At our seder we emulate the way it was celebrated in Temple times, as if the Temple still stood.

More Articles from Jason Maoz
Bob Grant

What really makes one wonder about the affinity felt by certain Jews for Grant was the welcome mat he put out for some of the country’s most pernicious anti-Semites.

Camelot-112213

With 2013 marking half a century since Kennedy’s fateful limousine ride in Dallas, the current revels are exceeding the revisionist frenzies of years past, with a seemingly endless parade of books, articles and television specials designed to assure us that, despite everything that has come to light about him since his death, JFK was a great president, or at least a very good president who would have been great had his life not been so cruelly cut short.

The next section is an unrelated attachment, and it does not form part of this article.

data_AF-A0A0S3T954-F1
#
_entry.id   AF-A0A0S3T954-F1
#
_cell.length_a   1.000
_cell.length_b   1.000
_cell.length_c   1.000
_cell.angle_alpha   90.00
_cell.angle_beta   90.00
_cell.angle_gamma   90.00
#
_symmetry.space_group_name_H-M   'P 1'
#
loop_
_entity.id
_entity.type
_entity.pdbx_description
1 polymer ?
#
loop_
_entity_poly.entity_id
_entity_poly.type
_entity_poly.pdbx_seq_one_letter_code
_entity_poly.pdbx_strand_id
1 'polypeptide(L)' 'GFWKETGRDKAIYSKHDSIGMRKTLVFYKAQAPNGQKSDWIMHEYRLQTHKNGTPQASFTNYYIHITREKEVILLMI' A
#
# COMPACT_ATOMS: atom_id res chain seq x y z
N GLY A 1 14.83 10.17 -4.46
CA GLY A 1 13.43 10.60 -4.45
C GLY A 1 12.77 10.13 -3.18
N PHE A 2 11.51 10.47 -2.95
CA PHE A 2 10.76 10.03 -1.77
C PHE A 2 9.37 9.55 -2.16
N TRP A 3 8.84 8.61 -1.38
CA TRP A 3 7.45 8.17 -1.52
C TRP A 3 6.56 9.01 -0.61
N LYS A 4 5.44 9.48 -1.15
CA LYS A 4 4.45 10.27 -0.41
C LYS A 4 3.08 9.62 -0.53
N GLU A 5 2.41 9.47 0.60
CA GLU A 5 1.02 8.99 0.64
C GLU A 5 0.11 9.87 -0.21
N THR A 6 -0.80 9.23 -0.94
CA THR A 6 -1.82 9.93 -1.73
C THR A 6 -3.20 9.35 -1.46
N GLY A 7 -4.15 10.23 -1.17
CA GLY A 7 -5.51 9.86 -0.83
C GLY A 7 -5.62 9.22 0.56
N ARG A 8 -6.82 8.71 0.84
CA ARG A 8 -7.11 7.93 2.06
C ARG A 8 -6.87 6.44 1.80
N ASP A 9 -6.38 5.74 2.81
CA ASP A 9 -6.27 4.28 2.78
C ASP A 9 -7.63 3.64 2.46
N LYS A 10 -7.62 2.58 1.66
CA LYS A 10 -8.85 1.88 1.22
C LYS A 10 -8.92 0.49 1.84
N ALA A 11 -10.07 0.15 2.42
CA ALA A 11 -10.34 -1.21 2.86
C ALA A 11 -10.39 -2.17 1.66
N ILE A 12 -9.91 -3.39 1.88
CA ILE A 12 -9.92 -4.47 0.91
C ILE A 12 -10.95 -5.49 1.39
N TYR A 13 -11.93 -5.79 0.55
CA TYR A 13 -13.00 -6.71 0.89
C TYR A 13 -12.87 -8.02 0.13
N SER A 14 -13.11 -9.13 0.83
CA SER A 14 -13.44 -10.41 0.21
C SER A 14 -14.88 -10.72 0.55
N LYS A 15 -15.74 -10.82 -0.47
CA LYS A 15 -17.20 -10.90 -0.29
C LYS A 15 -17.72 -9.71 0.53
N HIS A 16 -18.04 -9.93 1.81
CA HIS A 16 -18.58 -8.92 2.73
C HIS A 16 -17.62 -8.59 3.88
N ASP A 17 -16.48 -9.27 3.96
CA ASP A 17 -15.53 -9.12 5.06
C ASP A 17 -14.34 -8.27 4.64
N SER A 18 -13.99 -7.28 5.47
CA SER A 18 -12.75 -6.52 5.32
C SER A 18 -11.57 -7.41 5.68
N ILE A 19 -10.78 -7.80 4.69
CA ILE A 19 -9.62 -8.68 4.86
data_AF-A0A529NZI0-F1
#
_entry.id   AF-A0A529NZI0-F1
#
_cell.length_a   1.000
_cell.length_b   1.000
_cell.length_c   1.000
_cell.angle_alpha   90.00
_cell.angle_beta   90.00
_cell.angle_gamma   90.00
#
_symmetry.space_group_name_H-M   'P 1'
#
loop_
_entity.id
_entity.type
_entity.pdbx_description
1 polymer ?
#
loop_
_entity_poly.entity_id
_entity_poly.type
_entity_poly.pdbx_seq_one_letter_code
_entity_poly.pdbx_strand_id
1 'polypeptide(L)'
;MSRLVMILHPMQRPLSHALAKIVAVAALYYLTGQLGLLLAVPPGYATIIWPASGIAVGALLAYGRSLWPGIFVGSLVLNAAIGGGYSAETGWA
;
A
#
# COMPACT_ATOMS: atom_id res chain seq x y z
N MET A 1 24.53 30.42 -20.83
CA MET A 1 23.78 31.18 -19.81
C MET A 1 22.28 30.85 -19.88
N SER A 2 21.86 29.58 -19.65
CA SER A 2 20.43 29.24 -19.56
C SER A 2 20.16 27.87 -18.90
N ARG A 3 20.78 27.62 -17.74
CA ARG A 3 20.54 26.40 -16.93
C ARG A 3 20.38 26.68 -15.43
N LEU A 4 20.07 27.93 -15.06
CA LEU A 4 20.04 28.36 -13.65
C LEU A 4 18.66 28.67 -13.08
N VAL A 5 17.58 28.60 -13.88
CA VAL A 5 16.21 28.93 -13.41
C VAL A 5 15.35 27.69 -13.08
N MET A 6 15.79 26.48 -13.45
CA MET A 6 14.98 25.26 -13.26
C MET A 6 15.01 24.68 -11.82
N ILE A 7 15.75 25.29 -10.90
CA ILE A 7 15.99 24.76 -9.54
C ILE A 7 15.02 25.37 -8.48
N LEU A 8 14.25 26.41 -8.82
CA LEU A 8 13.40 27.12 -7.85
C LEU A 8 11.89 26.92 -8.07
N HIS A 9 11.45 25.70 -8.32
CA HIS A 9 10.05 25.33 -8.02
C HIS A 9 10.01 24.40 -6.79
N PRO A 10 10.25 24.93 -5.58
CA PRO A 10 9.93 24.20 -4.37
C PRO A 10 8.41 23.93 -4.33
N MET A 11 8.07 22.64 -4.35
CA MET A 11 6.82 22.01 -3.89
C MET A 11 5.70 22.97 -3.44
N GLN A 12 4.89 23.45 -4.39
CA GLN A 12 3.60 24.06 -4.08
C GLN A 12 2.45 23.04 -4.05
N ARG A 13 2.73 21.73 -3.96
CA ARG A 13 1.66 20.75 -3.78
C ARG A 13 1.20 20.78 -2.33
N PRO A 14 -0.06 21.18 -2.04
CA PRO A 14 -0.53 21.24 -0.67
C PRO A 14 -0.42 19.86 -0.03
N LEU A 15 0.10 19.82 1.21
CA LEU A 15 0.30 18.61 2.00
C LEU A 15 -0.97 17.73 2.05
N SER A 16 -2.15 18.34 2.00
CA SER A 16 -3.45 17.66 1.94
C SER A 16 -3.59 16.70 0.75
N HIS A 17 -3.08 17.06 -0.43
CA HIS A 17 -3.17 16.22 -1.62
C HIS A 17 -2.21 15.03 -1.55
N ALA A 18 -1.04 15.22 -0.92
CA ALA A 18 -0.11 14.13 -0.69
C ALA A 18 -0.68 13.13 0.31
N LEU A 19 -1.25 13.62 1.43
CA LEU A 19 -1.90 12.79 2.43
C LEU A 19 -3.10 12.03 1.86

As someone who for the past fifteen years has been writing a column that largely focuses on the news media, I’ve read what is no doubt an altogether unhealthy number of books on the subject. Most of them were instantly forgettable while some created a brief buzz but failed to pass the test of time. And then there were those select few that merited a permanent spot on the bookshelf.

George W. Bush has been getting some positive media coverage lately, with recent polls showing him at least as popular as his successor, Barack Obama, and a big new book about the Bush presidency by New York Times chief White House correspondent Peter Baker (Days of Fire, Doubleday) portraying Bush as a much more hands-on chief executive than his detractors ever imagined.